Saturday, June 19, 2010

Marie's treadle sewing machine

My son called early this morning and told me that just two blocks away there was an estate sale. Of course I went right over. And I bought this extraordinary sewing machine. One of my secret desires has always been to own such a machine. This one is in a very nice cabinet, which is not shown here.

Marie's Life: from a short recounting by two of her daughter's children, from whom I bought Marie's Singer treadle sewing machine at the estate sale held by her daughter's family this fine sunny Saturday morning. As I was leaving, her granddaughter told me she was glad I liked her grandmother's sewing machine. I went back in the afternoon to find out at least the name of the original owner, so I could put it in the cabinet.

Marie Archmisbere was from Hisparren, France. At age nine she was indentured to kitchen service in a large home or castle. Later, her sister was able to buy out the remainder of her indenture and arrange a marriage with John Beterbide, an American-immigrant Basque sheepherder based near Golconda, Nevada. Marie emigrated through Ellis Island in 1913 and made the train trip west with her destination pinned to her coat, since she could not speak English. She was met in Nevada, and worked there for a year, since Basque custom decreed that couples be engaged for a year before they marry.

After their marriage, John and Marie traveled throughout northeastern Nevada, living in sheep camps while John worked at sheep herding.

In the early 1920's, with a decline in the sheep business, the couple moved to Reno, Nevada. There Marie was a cook in a boarding house on California Street in Reno. Her daugher, the mother of the people I met today, was born in 1923.

The sewing machine, which we think was manufactured in 1919, was too heavy to carry in the sheep herding life. Their grandson thinks they bought it after they went to Reno, when it was probably new or nearly new. It may have been later fitted into its current wooden cabinet, which does not resemble the Singer cabinets I have been able to find, and which seems to have more of a Thirties look.

Later in the 1920's, the Beterbide family moved to Susanville, California, and opened a Basque boarding house there.
Here is a Google translation from a Spanish periodical article about Basque boarding houses in Nevada and California which is posted on the web.

In Marysville there were only three hotels and Uriz Hotel continues, although it is not Basque.
In the town of Susanville, Hotel St. Francis still active with the owners Richard and Angie GoñiIt was built in 1914 and Richard's mother, Marie Jeanne Goñi, bought it in 1947. Basque dances were organized each month and it was a popular place for the Basques and non-Basques. Other hotels were the Basques in the Pyrenees town of John and Marie Beterbide, and Marion's Hotel Larrea family. The Commercial Hotel Basque worked as a pension in the early 40s, but in the 60s of the Twentieth Century a fire destroyed it.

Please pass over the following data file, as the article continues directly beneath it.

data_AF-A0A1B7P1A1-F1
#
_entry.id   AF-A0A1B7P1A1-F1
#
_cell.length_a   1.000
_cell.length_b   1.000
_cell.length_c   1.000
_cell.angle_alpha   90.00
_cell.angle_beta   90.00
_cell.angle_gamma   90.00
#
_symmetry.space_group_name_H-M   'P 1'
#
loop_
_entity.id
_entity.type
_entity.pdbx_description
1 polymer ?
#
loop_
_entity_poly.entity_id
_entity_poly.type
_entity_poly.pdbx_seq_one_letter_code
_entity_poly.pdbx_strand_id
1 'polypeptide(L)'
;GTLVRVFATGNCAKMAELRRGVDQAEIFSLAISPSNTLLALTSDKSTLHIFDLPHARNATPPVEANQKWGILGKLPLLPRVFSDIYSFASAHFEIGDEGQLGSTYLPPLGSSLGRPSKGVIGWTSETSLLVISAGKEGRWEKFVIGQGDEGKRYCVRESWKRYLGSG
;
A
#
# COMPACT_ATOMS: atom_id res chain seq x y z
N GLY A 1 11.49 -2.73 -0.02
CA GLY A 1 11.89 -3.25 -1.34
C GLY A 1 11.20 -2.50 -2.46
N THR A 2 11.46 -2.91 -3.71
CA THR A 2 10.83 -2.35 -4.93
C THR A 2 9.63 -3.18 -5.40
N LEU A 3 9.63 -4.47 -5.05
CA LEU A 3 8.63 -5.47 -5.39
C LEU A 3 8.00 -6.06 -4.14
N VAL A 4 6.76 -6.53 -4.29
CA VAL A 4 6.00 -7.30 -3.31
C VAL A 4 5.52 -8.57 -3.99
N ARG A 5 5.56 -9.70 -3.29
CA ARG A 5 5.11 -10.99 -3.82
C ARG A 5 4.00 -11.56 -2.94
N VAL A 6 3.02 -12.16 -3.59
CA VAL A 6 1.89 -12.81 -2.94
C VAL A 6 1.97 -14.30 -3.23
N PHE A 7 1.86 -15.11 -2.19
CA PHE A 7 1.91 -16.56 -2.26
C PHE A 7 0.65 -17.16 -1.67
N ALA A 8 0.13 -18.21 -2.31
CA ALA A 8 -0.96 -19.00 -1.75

Both John and Marie are buried in Lassen Cemetery in Susanville and are listed on the Cemetery website:
 Marie: born 3 Feb 1894, died July, 1983.
John: born 15 Jan 1887, died 3 Jan 1966.

I would like to thank the family for sharing their family history with me.

I brought the machine straight home. My son carried it into the bedroom for me. I mended three items I had been planning to stitch up by hand, since my sewing machine is at the other place. Tomorrow, I plan to clean and oil the machine, if I can get a little brush and some sewing machine oil. The Singer works like a charm and makes a beautiful, even, straight stitch. I learned to sew on a machine like this. It was my mother's, but had been electrified by my father. He made the iron base into a small table, which eventually broke and was thrown away. I need to practice treadling, but it is sort of intuitive. If you stop and restart you may go backwards and break the thread, This machine should, however, be ideal for the short straight seams of quilt blocks. I won't try making anything too complex until I get better at it.

This whole happy experience has made this an excellent day. It has made me think about immigration, Western history, manufacturing history, clothing history, Basque culture, sheep herding and the whole splendid pageant of the past and its partial preservation in its material remnants. I have made an inventory of the things in a small box that was in the cabinet. Here it is:

Marie's Singer treadle machine Accessories Inventory; most of these items were in a worn, but intact vintage dark green cardboard box with embossed lettering. It had contained ½ pound of #7 “Crescent Superior Quality Bank Pins.” The embossing on the box shows an example of each of the sizes of straight pins. It is hard to scan or photograph, but I will keep trying.

6 bobbins, each wound with short lengths of different colors of thread
1 large wooden spool of white Talon mercerized sewing thread
8 Singer needles, assorted small sizes in Singer paper packet,
look unused
11 needles for hand sewing, assorted sizes
73 straight pins, assorted sizes and types
5 dress hooks on partial card; one hook fastener, loose
½ snap
3 white buttons, each unique
1 straight pin with fake pearls on it
1 tiny brass safety pin
2 ball-headed pins
6 large pins, really too large for sewing
5 bent pins, really unusable, but still saved
1 tiny pin, size 7 on the box
½ inch nail
5 small paper clips
2 attractive old keys to the cabinet, one of which locks it
4 thimbles, three of which fit me
1 poor-quality mended measuring tape
Felt needle holder: removed from neck of machine. I am using it for the needles.
Small screw driver, looks as if it was fashioned from another tool, ground down shaft shows a brass tip.

This is an inventory of thrift.

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